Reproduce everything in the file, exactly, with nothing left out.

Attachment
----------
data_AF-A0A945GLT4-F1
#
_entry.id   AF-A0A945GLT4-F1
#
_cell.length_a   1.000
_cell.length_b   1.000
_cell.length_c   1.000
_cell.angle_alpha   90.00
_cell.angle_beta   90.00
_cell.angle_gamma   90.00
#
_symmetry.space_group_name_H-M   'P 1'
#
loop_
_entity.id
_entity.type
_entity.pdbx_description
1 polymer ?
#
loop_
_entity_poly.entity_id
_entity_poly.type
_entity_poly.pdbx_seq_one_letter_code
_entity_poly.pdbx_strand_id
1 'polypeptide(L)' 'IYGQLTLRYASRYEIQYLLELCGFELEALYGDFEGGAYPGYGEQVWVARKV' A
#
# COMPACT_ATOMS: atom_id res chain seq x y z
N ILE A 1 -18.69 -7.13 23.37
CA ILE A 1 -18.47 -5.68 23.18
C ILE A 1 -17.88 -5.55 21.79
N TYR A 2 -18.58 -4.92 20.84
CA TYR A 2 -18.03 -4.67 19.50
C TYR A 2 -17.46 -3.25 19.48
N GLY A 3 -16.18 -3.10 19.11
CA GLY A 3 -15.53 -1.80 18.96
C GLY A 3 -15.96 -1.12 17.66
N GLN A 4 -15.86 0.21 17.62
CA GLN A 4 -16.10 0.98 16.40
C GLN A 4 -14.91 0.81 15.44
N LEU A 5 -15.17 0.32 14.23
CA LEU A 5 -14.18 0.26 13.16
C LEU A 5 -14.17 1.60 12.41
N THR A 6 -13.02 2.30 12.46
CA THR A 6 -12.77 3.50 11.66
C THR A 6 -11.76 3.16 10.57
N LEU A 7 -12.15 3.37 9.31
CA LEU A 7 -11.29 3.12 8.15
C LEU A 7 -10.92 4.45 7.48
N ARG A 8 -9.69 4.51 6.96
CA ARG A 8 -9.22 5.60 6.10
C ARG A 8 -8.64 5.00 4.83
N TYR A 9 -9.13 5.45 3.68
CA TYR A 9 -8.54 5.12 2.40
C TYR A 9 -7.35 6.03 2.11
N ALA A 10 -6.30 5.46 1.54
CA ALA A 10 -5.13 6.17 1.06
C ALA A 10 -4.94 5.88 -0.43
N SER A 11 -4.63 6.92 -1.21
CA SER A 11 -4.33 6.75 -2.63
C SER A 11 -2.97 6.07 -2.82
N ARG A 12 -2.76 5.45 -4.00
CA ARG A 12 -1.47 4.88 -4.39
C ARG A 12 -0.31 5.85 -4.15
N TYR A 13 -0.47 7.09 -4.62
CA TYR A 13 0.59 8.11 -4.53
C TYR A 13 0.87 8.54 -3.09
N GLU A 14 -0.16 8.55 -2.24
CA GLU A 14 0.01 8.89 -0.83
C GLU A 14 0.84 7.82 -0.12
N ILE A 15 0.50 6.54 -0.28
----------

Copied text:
data_AF-A0A945GLT4-F1
#
_entry.id   AF-A0A945GLT4-F1
#
_cell.length_a   1.000
_cell.length_b   1.000
_cell.length_c   1.000
_cell.angle_alpha   90.00
_cell.angle_beta   90.00
_cell.angle_gamma   90.00
#
_symmetry.space_group_name_H-M   'P 1'
#
loop_
_entity.id
_entity.type
_entity.pdbx_description
1 polymer ?
#
loop_
_entity_poly.entity_id
_entity_poly.type
_entity_poly.pdbx_seq_one_letter_code
_entity_poly.pdbx_strand_id
1 'polypeptide(L)' 'IYGQLTLRYASRYEIQYLLELCGFELEALYGDFEGGAYPGYGEQVWVARKV' A
#
# COMPACT_ATOMS: atom_id res chain seq x y z
N ILE A 1 -18.69 -7.13 23.37
CA ILE A 1 -18.47 -5.68 23.18
C ILE A 1 -17.88 -5.55 21.79
N TYR A 2 -18.58 -4.92 20.84
CA TYR A 2 -18.03 -4.67 19.50
C TYR A 2 -17.46 -3.25 19.48
N GLY A 3 -16.18 -3.10 19.11
CA GLY A 3 -15.53 -1.80 18.96
C GLY A 3 -15.96 -1.12 17.66
N GLN A 4 -15.86 0.21 17.62
CA GLN A 4 -16.10 0.98 16.40
C GLN A 4 -14.91 0.81 15.44
N LEU A 5 -15.17 0.32 14.23
CA LEU A 5 -14.18 0.26 13.16
C LEU A 5 -14.17 1.60 12.41
N THR A 6 -13.02 2.30 12.46
CA THR A 6 -12.77 3.50 11.66
C THR A 6 -11.76 3.16 10.57
N LEU A 7 -12.15 3.37 9.31
CA LEU A 7 -11.29 3.12 8.15
C LEU A 7 -10.92 4.45 7.48
N ARG A 8 -9.69 4.51 6.96
CA ARG A 8 -9.22 5.60 6.10
C ARG A 8 -8.64 5.00 4.83
N TYR A 9 -9.13 5.45 3.68
CA TYR A 9 -8.54 5.12 2.40
C TYR A 9 -7.35 6.03 2.11
N ALA A 10 -6.30 5.46 1.54
CA ALA A 10 -5.13 6.17 1.06
C ALA A 10 -4.94 5.88 -0.43
N SER A 11 -4.63 6.92 -1.21
CA SER A 11 -4.33 6.75 -2.63
C SER A 11 -2.97 6.07 -2.82
N ARG A 12 -2.76 5.45 -4.00
CA ARG A 12 -1.47 4.88 -4.39
C ARG A 12 -0.31 5.85 -4.15
N TYR A 13 -0.47 7.09 -4.62
CA TYR A 13 0.59 8.11 -4.53
C TYR A 13 0.87 8.54 -3.09
N GLU A 14 -0.16 8.55 -2.24
CA GLU A 14 0.01 8.89 -0.83
C GLU A 14 0.84 7.82 -0.12
N ILE A 15 0.50 6.54 -0.28